Customized Medical Devices: The Next Wave of 3D Printing Revolution
Much has been made of how 3D printing can assist medical device companies with rapid prototyping as well as the full production of specific types of products. Less focus, however, has been given to the concept of customization – specifically, the custom-tailoring of a medical device to perfect fit with the unique elements of a patient's body.
Today's Medical Developments (TMD) has published an article that uses the potential offered by knee implant manufacturing as a template for exploring the customization of medical products across the board. TMD illustrates how each individual knee is different from another, and in most cases, even a single patient will feature two different knee joints.
With the advent of three-dimensional printing, and the recent three-fold increase in knee surgeries for individuals between the ages of 45 and 64, it's instructive to consider how constructing a replacement knee that conforms exactly to an individual joint rather than using an off-the-shelf replacement can lead to better outcomes for patients.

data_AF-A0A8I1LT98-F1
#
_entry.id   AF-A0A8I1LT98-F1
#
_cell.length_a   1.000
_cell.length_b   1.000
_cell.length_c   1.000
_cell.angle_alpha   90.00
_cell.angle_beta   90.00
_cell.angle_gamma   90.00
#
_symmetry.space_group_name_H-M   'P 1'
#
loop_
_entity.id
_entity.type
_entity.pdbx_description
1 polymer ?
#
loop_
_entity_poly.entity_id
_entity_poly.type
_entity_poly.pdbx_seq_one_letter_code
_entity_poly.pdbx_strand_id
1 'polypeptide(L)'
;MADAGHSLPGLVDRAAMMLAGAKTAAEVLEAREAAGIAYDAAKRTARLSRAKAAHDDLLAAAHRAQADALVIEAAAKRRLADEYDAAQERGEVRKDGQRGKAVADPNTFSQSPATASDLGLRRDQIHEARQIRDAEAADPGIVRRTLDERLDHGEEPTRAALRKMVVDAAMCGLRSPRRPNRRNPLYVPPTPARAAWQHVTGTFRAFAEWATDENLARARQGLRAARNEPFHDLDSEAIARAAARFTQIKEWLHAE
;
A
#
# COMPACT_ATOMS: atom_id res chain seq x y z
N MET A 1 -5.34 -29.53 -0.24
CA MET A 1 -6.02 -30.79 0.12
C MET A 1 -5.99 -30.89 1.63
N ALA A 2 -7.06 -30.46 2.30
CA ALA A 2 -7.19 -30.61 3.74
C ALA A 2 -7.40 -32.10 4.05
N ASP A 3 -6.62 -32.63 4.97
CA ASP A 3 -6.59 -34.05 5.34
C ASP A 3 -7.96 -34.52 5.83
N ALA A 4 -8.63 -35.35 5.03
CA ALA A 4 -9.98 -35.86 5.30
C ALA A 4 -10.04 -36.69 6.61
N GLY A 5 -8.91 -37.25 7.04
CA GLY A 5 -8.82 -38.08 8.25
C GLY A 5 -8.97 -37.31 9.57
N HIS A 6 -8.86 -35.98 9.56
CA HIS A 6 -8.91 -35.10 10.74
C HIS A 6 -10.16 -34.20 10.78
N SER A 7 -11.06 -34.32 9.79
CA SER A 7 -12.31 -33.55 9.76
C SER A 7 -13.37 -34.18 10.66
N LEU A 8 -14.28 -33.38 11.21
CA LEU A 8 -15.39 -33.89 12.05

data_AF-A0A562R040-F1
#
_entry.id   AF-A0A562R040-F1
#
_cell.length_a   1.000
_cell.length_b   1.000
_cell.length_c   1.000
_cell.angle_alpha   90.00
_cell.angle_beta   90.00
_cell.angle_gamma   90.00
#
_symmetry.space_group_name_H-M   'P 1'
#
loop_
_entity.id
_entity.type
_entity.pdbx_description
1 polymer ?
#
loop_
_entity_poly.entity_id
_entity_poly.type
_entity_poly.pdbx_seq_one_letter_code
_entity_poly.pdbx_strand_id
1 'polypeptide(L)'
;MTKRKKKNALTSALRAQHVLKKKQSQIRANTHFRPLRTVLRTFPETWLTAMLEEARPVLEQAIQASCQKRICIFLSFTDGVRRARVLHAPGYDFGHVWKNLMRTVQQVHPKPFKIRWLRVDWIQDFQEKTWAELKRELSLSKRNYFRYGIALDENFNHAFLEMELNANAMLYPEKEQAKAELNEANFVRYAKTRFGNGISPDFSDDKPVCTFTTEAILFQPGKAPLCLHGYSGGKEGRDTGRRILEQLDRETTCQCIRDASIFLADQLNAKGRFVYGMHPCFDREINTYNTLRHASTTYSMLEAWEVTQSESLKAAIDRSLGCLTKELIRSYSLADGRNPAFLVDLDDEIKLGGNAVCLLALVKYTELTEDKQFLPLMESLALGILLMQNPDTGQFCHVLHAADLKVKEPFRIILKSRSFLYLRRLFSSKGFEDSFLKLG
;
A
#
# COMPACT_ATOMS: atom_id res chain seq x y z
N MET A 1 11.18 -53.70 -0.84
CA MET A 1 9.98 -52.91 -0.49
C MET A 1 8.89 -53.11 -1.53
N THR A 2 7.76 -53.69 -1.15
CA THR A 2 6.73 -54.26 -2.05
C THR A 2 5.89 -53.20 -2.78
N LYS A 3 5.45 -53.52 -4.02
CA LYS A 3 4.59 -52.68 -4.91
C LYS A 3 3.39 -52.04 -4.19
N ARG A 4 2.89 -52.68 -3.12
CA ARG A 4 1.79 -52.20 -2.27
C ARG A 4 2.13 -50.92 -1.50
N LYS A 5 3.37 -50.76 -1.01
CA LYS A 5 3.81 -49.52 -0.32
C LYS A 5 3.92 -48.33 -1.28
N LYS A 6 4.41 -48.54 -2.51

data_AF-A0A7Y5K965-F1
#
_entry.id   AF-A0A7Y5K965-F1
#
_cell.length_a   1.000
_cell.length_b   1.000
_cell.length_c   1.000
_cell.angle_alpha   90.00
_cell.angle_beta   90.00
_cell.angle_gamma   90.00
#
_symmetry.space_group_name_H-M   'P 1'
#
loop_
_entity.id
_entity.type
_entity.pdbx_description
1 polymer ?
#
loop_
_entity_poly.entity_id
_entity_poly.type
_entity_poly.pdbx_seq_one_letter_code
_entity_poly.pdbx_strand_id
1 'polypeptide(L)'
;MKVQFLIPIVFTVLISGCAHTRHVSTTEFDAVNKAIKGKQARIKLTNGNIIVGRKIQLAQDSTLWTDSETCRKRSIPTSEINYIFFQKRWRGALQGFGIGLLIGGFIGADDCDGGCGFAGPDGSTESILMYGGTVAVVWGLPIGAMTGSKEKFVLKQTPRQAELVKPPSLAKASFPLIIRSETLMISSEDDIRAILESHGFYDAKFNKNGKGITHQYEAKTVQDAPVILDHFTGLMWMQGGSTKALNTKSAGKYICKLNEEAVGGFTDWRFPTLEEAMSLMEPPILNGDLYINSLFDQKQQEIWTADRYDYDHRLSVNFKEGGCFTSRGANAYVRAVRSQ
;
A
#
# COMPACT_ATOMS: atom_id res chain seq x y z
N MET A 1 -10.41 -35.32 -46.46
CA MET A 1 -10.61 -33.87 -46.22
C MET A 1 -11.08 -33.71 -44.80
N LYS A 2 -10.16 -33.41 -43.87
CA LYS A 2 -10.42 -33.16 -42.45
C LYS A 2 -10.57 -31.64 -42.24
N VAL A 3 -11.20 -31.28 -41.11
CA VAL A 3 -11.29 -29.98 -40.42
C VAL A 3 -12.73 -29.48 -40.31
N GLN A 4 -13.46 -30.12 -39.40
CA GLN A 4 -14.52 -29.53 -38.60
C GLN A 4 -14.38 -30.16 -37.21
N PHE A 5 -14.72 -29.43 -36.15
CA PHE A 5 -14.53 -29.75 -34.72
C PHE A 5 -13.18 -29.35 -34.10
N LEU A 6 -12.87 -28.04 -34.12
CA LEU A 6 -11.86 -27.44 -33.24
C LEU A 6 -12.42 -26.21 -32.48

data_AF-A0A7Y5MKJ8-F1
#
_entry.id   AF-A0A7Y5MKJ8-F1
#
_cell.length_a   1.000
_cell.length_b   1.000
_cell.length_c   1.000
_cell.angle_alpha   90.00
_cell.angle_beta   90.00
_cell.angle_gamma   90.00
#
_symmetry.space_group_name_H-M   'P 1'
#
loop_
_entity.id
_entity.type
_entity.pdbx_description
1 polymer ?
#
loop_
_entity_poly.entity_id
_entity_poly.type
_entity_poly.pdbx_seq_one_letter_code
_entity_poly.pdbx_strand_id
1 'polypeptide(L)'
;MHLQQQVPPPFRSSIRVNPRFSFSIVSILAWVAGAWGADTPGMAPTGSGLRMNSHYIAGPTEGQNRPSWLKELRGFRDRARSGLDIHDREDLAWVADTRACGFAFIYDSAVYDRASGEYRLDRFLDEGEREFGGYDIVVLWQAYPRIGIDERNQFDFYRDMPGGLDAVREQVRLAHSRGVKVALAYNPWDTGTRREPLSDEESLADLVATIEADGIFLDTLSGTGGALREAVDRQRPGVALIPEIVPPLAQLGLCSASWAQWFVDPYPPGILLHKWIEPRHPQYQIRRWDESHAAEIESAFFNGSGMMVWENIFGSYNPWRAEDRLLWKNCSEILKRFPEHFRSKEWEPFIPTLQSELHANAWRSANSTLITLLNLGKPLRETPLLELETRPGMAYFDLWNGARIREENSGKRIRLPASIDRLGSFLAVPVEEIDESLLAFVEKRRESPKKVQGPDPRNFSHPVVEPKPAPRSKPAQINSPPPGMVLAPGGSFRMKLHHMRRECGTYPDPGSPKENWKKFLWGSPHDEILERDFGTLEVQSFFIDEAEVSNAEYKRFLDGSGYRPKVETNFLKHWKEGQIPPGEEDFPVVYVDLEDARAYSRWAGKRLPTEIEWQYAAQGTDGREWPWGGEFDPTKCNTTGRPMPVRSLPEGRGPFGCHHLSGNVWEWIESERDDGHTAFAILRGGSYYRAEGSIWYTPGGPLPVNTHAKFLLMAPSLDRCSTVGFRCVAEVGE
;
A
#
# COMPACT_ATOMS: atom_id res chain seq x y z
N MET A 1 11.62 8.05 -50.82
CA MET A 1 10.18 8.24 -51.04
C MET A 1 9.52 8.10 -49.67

Currently, 20 percent of knee implant recipients report not being satisfied with the results of their surgery, with pain and limited mobility leading the list of complaints. By using a custom-designed knee implant that takes into account the unique structure of the existing bone in the joint, it's possible to improve outcomes across the board.
While orthopedics represent a clear application of 3D printing technology and 'just-in-time' delivery of custom medical devices, it's far from the only product sphere that stands to benefit from this type of personalized medical technology. Just as genetic testing has lead to the rise of personalized medicine that takes into account the detailed medical history and prognosis of patients in choosing a therapy, so could three-dimensional printing open up vast new tracts of 'personalized' medical devices.